IAEA Chief: Visit to Parchin Site Will Still be Useful
UN nuclear inspections at a military complex near Tehran would be "very useful" despite extensive earth-moving work there by Iranian authorities, the head of the UN atomic agency said on Thursday according to AFP.
The International Atomic Energy Agency has accused Iranian authorities of undermining its effort to probe suspected nuclear weapons research at the Parchin facility by carrying out possible clean-up operations.
"As these activities are quite intensive, particularly recently, we have concerns that our capacity to verify would have been severely undermined," IAEA chief Yukiya Amano at a Council on Foreign Relations conference, AFP reported.
He added, "I continue to believe that having access is very useful to have a better understanding of the past and current activities at Parchin."
An IAEA team in 2005 was allowed to inspect the site, where Iranian researchers are suspected of conducting test explosions that could be applied to nuclear weapons.
But at the sprawling complex, the UN team "did not have the information to identify the right spot" to inspect, the IAEA chief said.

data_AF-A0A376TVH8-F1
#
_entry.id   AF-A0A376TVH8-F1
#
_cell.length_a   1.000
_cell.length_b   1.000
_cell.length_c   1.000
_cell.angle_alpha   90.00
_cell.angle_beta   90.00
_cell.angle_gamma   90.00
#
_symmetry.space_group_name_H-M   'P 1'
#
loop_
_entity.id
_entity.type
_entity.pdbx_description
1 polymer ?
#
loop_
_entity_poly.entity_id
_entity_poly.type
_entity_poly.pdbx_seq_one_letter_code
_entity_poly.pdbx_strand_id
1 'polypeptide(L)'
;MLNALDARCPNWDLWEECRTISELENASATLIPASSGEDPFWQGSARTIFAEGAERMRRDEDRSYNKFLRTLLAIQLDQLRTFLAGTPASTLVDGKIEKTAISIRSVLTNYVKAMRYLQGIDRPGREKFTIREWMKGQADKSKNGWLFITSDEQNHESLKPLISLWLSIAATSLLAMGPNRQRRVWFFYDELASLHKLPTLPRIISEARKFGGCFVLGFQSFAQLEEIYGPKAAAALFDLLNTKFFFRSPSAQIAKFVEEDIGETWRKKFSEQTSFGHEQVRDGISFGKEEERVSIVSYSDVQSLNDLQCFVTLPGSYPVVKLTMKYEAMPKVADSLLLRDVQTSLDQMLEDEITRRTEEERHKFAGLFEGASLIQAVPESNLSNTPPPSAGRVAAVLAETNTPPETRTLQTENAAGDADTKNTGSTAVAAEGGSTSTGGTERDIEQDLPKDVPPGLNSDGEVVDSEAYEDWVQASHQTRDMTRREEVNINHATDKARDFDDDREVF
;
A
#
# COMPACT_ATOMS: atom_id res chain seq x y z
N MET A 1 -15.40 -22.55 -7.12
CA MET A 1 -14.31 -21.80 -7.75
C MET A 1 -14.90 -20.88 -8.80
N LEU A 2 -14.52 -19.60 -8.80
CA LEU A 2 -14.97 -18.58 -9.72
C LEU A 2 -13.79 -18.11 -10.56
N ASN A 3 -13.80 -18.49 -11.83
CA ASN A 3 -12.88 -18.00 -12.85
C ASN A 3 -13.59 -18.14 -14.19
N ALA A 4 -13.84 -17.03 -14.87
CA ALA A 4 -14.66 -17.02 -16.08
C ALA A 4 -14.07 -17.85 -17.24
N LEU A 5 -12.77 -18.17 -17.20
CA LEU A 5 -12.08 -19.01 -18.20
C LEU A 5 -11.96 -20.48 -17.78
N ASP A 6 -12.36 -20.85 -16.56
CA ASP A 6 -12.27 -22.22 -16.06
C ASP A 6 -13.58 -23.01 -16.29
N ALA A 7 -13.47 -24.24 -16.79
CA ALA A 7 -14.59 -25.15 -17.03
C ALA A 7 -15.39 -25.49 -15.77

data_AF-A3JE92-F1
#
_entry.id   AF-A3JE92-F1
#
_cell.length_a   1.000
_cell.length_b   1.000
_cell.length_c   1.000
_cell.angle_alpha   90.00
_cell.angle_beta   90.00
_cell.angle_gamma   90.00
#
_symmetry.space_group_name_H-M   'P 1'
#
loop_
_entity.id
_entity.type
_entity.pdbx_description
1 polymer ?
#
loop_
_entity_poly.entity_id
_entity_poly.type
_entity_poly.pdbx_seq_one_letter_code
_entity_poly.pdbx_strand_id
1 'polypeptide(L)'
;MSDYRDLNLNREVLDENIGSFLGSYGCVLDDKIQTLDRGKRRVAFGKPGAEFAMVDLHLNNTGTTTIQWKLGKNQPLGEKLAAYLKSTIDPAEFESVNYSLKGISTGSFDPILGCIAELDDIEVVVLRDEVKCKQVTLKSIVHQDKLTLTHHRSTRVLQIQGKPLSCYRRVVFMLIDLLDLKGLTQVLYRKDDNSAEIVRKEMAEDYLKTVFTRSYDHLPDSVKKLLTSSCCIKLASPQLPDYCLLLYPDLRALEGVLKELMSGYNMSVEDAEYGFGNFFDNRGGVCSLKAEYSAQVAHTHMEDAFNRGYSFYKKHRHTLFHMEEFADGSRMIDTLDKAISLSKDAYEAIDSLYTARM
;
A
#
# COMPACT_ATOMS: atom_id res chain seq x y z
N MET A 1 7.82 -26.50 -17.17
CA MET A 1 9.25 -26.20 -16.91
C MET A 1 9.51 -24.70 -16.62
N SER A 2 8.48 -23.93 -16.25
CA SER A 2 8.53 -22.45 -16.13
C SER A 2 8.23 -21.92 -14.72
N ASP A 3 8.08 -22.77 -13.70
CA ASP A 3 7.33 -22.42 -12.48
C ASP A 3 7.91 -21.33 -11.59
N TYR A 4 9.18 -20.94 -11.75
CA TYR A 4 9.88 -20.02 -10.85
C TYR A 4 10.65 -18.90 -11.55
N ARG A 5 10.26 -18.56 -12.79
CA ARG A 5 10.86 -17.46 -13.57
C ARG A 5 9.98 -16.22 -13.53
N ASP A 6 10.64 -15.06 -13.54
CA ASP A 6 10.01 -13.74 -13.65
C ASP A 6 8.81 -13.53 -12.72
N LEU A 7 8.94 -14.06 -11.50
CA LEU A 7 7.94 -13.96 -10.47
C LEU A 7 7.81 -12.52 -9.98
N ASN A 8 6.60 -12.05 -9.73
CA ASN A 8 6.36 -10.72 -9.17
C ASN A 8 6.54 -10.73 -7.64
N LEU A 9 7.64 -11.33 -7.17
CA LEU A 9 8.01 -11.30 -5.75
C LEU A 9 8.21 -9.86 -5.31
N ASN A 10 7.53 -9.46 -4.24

"This time, we have additional information. We requested access to particular sites and buildings of Parchin," he said.
Once the UN agency made the request, however, satellite imagery showed "very extended activities by Iran. This included demolition of buildings, removal of soils, moving fences, all of these things," he said.
The UN agency has bolstered its dialogue with Iran but is still not able to declare that all nuclear material there is designated for "peaceful" purposes, he said.
Iran has continued to enrich uranium and has expanded its capacity in violation of IAEA and UN Security Council resolutions, he said.
"We need to have better knowledge of their plans to understand whether there (are) undeclared activities or not," said Amano.
The IAEA's November 16 report said Iran would soon be able to triple its production of 20-percent enriched uranium to 100 pounds per month after fitting out its Fordow facility, a key site dug into a mountain where, the agency said, machinery has been installed but is not yet operational.
Amano told the UN General Assembly last month that Iran is not cooperating with its investigation.
In his annual report to the world body, the head of the International Atomic Energy Agency said talks have intensified over the past year. However, he added, “no concrete results have been achieved” thus far.
The UN atomic agency is supposed to hold its first talks with Iran since August next Thursday.
(Arutz Sheva’s North American Desk is keeping you updated until the start of Shabbat in New York. The time posted automatically on all Arutz Sheva articles, however, is Israeli time.)